There may be a fair level of discontent that John Cooney has to make do with a spot on the bench despite his scintillating form this campaign, but the fly-half door is not currently being knocked down behind Sexton. His Leinster understudy Ross Byrne is on the bench, whilst uncapped Billy Burns remains in reserve.

Both have played well so far this season, although you would struggle to make a case that they deserve to start over the veteran Sexton, unless as part of a transition plan, with Farrell eyeing Sexton’s departure from the international arena in the coming years. That said, Harry Byrne was recently included in the group as a development player, so it’s clear that Farrell does at least have one eye on the future.

Finally, we come to full-back, where versatile back three player Jordan Larmour is set to win his 22nd cap, potentially the first of a long spell that sees him lock down the 15 jersey. The electric back has bounced between full-back and the wing in his appearances to date, although it is he, not Will Addison, who has been given the first audition to replace the reliability and consistency of Rob Kearney as Ireland’s last line of defence.

And that’s what he has to prove. He has to show to Farrell that he can be that trusted and safe pair of hands at the back. No one who has watched even 30 seconds of Larmour’s play over the last couple of seasons doubts his attacking ability, which is there in spades. If he can deal with the contested aerial balls, make the one-on-one tackles in open field and kick intelligently, he has all the makings of one of the most influential players in world rugby.

The overall selection has had its critics, but the balance is nice. Too many changes and the team will struggle, creating an environment for younger players’ introduction to international rugby that is far from desirable. Don’t change enough and you waste valuable time with players who won’t be in the picture come the next Rugby World Cup.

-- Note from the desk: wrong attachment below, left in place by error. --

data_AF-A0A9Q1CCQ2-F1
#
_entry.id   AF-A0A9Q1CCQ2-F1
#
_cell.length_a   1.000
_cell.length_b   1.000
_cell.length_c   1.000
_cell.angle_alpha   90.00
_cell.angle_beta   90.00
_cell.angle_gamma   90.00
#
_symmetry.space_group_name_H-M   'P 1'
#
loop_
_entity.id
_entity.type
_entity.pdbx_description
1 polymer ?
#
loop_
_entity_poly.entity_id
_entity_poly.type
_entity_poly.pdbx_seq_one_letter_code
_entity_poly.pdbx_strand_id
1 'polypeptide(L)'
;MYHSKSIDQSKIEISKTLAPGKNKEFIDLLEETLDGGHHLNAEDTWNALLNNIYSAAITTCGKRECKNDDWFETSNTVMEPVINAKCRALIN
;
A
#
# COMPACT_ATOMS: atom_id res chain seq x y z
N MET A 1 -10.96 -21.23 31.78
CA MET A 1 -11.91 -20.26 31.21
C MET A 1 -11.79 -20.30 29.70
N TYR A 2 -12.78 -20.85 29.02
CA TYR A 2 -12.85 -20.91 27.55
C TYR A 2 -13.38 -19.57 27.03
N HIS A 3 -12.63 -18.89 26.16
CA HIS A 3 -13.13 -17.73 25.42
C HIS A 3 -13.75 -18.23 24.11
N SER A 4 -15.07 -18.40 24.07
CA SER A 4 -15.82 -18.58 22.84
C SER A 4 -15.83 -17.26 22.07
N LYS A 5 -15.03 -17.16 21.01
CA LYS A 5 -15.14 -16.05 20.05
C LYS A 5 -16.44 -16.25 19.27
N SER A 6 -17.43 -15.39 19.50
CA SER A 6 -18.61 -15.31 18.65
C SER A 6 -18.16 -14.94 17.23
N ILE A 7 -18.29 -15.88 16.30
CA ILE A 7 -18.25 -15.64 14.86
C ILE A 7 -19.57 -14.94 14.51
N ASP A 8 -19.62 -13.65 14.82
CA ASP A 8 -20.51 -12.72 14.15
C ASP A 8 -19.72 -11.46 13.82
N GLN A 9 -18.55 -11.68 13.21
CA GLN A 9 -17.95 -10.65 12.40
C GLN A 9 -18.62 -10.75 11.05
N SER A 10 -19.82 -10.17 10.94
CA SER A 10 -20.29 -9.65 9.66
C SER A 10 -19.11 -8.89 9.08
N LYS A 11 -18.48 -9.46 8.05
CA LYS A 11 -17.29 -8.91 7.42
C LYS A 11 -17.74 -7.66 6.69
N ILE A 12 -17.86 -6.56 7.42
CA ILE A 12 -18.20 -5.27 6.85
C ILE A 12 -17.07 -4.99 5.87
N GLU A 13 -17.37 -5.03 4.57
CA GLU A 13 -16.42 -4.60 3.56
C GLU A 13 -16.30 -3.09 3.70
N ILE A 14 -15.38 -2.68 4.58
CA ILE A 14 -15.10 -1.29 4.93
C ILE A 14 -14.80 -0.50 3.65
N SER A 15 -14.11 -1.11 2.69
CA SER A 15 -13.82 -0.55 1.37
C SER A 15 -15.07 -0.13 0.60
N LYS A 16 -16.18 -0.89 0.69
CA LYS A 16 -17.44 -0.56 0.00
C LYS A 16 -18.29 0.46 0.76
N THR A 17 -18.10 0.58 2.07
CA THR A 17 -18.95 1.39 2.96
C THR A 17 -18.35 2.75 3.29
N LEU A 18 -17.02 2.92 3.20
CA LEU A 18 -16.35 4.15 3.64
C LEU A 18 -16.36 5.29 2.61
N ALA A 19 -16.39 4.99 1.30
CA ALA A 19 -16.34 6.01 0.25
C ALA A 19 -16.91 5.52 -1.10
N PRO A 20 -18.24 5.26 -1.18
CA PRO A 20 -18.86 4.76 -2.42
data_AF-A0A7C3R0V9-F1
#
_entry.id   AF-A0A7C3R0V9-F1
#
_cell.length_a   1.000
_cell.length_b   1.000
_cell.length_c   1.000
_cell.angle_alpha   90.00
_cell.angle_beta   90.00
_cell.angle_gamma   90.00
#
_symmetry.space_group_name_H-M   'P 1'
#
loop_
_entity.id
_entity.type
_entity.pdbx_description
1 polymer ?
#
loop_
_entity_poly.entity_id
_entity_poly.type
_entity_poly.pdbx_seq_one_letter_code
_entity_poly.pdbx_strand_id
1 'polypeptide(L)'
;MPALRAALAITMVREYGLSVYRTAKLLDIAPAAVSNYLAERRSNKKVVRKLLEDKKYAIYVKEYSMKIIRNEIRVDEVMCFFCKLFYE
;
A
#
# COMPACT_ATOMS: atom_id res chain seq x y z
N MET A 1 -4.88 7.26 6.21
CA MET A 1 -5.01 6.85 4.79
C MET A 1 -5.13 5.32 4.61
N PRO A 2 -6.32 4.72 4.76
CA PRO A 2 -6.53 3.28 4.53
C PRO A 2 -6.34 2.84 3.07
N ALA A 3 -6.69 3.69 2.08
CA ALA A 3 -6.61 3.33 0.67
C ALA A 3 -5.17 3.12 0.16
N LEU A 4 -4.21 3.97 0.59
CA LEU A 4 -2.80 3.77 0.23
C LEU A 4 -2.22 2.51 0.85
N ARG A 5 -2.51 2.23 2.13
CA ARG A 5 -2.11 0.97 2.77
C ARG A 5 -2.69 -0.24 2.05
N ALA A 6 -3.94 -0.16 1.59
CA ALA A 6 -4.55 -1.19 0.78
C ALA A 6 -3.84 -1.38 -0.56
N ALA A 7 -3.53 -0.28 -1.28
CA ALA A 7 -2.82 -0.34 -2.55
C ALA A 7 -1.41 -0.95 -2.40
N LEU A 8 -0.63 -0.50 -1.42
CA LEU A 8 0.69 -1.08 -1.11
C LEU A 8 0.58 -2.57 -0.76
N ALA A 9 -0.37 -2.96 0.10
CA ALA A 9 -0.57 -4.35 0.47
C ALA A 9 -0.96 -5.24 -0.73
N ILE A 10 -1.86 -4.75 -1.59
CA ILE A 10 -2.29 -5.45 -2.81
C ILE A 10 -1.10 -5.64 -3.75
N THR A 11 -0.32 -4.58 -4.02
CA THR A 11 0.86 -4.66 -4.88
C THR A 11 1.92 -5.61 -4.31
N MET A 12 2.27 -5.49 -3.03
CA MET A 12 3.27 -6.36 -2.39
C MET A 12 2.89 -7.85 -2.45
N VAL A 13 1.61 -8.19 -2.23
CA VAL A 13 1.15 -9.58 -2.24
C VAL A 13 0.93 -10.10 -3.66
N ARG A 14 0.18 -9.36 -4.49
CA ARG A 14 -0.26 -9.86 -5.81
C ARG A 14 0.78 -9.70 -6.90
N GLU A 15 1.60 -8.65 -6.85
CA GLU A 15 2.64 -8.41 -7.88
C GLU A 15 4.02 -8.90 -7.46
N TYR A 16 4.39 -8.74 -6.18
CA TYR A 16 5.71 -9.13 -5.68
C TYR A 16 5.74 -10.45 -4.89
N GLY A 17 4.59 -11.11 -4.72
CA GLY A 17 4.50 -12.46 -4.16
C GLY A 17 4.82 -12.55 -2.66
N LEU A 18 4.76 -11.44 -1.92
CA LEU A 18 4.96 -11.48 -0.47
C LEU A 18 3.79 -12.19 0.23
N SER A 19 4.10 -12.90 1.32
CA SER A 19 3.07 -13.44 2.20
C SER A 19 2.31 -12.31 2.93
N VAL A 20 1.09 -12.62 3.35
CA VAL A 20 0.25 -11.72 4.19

Fast-rising stars Ryan and Larmour get the opportunity to further stamp their authority on the team, whilst Doris and Kelleher get their chances to impress. Herring’s presence shows that Farrell is not willing to throw caution to the wind and dump Kelleher in the deep end, and Murray and Sexton are going to help ensure that Ireland remain competitive against challenging opposition, despite the national side’s struggles at the Rugby World Cup.

Experienced options have been selected outside of the spine, suggesting that there is no chance of Farrell throwing the baby out with the bathwater following that less than impressive campaign, something which only further adds to the interest in how Doris and Kelleher cope at this level, in a side that certainly does not lack for ability.

Farrell is going to learn more about that pair, as well as Ryan as a leader and Larmour as an out-and-out full-back option, in this team than he ever would in a side that boasts five or six new faces and a host more debutants on the bench. England bounced back from a challenging 2018 to make the Rugby World Cup final and there’s no reason why Ireland can’t make a similar resurgence in 2020.

This isn’t a revolution, it’s an evolution.

Watch: Finn Russell’s international career is in his own hands